Subject Re: [ib-support] Network-Some Q's
Author Martijn Tonies

> I've recently dedicated myself to a major upsize of a large bde app
> to Firebird. To get used to the features/nuances of IBO & c/s db's
> in general, I'm currently upsizing a smaller app.
> I've completed the db access portion, and now I'm trying to use it
> in action on a 5 pc network. Which has led me to some questions:
> (I've done quite a bit of reading from this group also, these are my
> remaining issues)
> 1)I read in a post that you cannot serve firebird from a Win98/ME
> machine. Is this true? Why is this?

Simply because Win98/ME suck in serving as a database server.
Besides that, they are highly instable -> I wouldn't trust my data to
that .

> 2)When setting up the connection, I understand the DatabaseName
> property needs to be server:drive+path\dbName
> If the share name is simply \data, do I still need d:\data?
> Is DatabaseName the correct property to use here?

You don't "connect" to a file - you tell the server (process on the
server machine) where the file is located. You then connect to the
socket that the server (process) is listening on. Therefore, you always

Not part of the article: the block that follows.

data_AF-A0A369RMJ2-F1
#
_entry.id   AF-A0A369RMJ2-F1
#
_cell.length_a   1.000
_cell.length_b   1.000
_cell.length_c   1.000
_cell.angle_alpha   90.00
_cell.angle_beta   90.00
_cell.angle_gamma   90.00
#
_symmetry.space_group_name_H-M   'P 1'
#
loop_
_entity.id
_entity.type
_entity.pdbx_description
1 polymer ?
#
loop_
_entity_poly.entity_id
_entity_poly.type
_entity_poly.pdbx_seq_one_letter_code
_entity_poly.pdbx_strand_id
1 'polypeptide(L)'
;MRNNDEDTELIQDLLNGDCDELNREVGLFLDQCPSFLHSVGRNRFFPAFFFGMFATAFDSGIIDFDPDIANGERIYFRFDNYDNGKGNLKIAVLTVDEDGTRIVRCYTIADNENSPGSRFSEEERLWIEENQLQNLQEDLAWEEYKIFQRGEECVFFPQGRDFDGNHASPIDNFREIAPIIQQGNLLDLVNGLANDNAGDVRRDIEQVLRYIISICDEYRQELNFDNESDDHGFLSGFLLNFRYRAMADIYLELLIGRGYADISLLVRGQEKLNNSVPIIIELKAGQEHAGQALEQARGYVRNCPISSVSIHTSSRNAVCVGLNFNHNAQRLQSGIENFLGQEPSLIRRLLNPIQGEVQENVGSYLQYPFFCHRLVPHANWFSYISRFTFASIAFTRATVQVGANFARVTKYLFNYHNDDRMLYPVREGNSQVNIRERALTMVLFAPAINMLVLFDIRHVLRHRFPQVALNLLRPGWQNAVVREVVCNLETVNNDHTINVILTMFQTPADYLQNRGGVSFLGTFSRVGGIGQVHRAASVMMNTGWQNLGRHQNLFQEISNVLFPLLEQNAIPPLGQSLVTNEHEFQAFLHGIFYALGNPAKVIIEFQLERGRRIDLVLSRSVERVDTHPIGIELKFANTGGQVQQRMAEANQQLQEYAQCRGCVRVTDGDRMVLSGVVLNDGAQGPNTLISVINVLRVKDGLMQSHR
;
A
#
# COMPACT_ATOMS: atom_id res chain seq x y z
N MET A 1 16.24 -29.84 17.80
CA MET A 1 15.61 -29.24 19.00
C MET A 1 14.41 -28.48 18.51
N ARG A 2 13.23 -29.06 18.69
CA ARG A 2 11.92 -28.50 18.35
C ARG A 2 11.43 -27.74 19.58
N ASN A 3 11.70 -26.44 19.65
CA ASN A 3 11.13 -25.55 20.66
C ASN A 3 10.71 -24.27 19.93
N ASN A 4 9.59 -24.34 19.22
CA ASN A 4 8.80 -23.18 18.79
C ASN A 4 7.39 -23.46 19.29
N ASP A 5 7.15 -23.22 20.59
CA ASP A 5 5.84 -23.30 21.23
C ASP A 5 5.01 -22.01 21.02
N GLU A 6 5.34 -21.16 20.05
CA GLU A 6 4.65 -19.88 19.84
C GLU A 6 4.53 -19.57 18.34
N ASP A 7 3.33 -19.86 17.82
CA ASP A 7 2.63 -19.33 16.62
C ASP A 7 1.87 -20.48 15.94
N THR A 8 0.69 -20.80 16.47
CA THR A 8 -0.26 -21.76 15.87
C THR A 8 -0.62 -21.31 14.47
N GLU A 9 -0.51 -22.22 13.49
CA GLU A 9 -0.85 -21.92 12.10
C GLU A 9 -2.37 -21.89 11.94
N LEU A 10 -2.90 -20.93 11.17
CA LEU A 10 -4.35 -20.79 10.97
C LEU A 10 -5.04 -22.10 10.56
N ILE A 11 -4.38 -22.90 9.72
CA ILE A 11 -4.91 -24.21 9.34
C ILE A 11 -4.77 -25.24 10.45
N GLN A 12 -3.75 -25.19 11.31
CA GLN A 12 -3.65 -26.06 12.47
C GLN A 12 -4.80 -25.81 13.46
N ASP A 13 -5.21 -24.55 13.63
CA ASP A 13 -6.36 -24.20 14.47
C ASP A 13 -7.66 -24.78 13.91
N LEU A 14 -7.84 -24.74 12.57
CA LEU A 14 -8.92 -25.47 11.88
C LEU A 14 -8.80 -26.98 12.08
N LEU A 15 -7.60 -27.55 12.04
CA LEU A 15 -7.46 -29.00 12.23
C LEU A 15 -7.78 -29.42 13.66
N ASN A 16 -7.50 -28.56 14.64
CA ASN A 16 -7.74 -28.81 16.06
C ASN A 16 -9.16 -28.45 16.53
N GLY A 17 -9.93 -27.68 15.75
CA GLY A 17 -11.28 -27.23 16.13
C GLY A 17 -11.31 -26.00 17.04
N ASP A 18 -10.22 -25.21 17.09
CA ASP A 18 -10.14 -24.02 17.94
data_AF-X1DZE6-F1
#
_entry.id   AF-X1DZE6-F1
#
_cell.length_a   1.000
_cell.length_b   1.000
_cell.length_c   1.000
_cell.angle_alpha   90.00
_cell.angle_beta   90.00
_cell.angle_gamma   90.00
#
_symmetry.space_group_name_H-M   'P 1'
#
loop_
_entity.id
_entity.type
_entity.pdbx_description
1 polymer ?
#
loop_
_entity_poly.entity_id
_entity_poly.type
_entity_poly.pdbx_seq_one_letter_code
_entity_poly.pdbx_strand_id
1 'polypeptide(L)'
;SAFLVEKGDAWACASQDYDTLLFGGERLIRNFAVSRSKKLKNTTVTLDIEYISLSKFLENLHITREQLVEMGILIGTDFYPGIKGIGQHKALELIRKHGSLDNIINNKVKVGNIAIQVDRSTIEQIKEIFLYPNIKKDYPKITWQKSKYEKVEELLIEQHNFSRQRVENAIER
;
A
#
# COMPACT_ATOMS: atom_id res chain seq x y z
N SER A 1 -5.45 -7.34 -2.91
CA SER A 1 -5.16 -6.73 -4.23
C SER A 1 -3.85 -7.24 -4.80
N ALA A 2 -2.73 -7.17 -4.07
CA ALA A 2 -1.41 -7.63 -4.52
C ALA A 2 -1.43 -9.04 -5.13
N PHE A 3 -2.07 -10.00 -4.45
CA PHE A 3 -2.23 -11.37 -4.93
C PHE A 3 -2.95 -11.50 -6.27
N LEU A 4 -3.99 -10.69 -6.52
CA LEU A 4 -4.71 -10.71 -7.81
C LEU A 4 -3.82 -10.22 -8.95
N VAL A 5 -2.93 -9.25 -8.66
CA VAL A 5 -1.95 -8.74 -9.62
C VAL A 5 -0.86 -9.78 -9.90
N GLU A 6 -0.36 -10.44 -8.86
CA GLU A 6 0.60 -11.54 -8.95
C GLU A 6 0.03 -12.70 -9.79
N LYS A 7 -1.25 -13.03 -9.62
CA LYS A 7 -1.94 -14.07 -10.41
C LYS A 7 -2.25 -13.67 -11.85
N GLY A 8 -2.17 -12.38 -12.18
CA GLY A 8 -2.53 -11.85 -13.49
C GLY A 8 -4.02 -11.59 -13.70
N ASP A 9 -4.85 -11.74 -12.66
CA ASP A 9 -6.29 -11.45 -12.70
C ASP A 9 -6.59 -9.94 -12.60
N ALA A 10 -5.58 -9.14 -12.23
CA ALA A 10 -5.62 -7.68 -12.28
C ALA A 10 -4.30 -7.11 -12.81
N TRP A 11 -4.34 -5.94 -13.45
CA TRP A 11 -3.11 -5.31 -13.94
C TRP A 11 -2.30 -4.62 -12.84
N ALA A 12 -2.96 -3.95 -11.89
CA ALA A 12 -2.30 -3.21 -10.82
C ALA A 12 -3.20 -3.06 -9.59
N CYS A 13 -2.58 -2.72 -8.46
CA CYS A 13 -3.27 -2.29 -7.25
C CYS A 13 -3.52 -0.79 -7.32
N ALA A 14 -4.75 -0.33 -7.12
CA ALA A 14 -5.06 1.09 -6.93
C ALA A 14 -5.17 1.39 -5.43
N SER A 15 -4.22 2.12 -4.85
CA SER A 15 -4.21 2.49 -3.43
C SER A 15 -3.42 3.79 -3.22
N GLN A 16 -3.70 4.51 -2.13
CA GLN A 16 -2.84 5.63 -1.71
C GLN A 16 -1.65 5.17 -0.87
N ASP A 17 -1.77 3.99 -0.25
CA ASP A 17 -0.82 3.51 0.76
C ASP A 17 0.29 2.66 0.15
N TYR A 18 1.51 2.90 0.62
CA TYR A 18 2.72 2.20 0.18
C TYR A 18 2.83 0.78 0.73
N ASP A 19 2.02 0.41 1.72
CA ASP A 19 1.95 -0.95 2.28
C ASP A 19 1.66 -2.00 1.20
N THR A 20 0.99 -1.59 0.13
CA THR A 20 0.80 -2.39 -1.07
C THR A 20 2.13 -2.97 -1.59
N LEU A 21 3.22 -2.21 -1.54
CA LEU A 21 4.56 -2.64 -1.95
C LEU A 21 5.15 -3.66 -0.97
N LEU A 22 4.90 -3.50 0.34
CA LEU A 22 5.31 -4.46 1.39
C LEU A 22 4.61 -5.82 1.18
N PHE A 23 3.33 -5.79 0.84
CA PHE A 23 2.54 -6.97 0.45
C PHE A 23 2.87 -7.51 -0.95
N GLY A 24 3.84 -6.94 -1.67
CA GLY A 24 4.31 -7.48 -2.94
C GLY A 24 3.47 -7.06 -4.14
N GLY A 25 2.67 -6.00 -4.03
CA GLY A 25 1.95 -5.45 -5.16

need to use the local disk in the file location. Now you can also come
to the conclusion that client-machines do not need (and should not have)
access to the database file itself. They can (from Windows explorer)
easily delete it (when not in use) or hex-edit it, copy it and corrupt the

> 3) Can a particular machine (poss. Win98) which hosts the db to the
> clients also have someone on the machine accessing the same db? (I
> know this is not recommended, but is it possible) Does it just come
> down to the Protocol property?

As long as all connections use the "remote" protocol (eg: via TCP/IP)
and not the "local" protocol (via a memory mapped file internally) this
is no problem, unless, of course, your local app takes away a large %
of CPU time and other apps cause lots of disk activity. It's really best
to have a dedicated machine (Win NT, Win 2000, Linux) to server as
a database server machine.

> Sorry for these questions, it's just that I've had (reasonably!)
> smooth sailing in getting my head around c/s & firebird (and I
> like!) and now trying to use the app, I'm suddenly quite bamboozled.

Have fun!

Martijn Tonies
InterBase Workbench - the developer tool for InterBase and Firebird

Upscene Productions

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If we change anything, the users object."